The Federal Reserve yesterday kept its target for the federal funds rate— used as a benchmark for many types of short-term loans—unchanged at 2.0%.
The move, or lack thereof, was expected. It was the comments surrounding the decision, and any hint at future rate changes, that had many folks on the edge of their seat.
But then again, folks are always on the edge of their seat about this stuff. It's important not to make too much of a few comments from the Fed. When current Chairman Ben Bernanke took the reins a little over two years ago, he had visions of a more transparent Fed, one whose statements were less murky than those of the past. But his hopes were dashed early when use of the "I" word (Inflation with a capital I) was misinterpreted as a major concern. As subsequent statements were digested, and markets sent mixed signals of their own, inflation fears morphed into fears of stagflation, a growcession, even the dreaded incorrection bullbear market, as investor compasses spun from pole to pole. (We're not even totally sure what those last two are supposed to mean, but some folks out there sure seem to think they're legit. Really, it's got to be one of the last living brain cells that comes up with a term like growcession. Growth and recession simultaneously? Come on.)
But ever since some hawkish Fed comments on inflation earlier this month, the "I" word is back with a vengeance. The debate rages over inflation's current potency and whether the supposed cure (a hike in short rates)—especially given today's modest economic growth—would be worse than the disease.
Talk about putting the cart before the horse. This is classic media spin. Somewhere along the way, mild Fed inflation concern morphed into "inflation is rampant today and we need a cure now otherwise it's kaput for the already recessing economy." That would be fine, except inflation isn't rampant today and we haven't seen even a single quarter of negative economic growth yet. [Note: We think the best leading inflation indicators are long-term interest rates (see our 06/16/2008 cover story, "Global Inflation Conflagration," for more).]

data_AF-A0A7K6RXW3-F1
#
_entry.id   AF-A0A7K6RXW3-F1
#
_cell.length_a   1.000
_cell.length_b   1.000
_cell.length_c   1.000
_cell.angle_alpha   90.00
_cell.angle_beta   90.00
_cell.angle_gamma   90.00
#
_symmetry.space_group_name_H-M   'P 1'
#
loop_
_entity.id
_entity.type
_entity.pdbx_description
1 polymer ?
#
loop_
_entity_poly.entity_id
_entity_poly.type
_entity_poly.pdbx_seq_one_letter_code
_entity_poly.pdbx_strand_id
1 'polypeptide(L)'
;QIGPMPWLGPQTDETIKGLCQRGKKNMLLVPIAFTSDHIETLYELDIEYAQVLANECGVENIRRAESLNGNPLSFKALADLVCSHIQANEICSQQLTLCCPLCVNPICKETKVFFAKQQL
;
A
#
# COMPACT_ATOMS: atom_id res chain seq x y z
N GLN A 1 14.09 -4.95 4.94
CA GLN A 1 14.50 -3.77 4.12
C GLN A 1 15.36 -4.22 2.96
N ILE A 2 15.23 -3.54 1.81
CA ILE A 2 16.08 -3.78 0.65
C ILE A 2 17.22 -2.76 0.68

Such is the danger of interpreting Fed-speak.
You can read the statement yourself and draw your own conclusions (go to
), but in a nutshell: Fed comments generally pointed to easing downside concerns for economic growth and increased uncertainty regarding inflation.
So the question is: What does this mean for future Fed policy? Let's be very clear—no one knows, and it doesn't matter too much to begin with. Whether short rates are 2.0% or 2.25% or even 3% doesn't have the impact folks think it will. The fact is those are all benign, accommodative rates where capital will flow easily between banks and the public. That's what really matters. A truly big move out of accommodative territory—say upwards of 6% or 7%--would be a big deal and likely jarring to the economy, particularly if it happened very quickly.
But let's say you could game it and you knew exactly what the Fed would do. Then what? Go bearish and sell everything? Go more bullish and double down? Would a quarter or half point move truly change your global stock market outlook? We hope not.
Maybe the Fed is prepping markets for rate hikes down the road (as you probably know by now, markets hate surprises). Seems reasonable, but they could also be trying to talk down inflation without actually having to raise rates (very clever). Or maybe they're laughing their heads off right now at the grand prank they're playing on us. "Har, Har…..Good one, Ben!" "Thanks, Fred—wait ‘til you see the beauty I'm working on now!"
Despite the old adage "Don't fight the Fed," which implies stocks perform poorly during rate hikes, there have been many examples to the contrary. Stocks did great during the rate-hiking 1990s. And the last bear market is an example of stocks faring poorly as the Fed cut rates (For more on this, see our 06/11/2008 cover story, "Scrapping With Ben").
So while the prognosticators dissect the latest Fed-speak, and inflation fear-mongers vie for your attention, just relax. It doesn't pay to fear the Fed.
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*The content contained in this article represents only the opinions and viewpoints of the Fisher Investments editorial staff.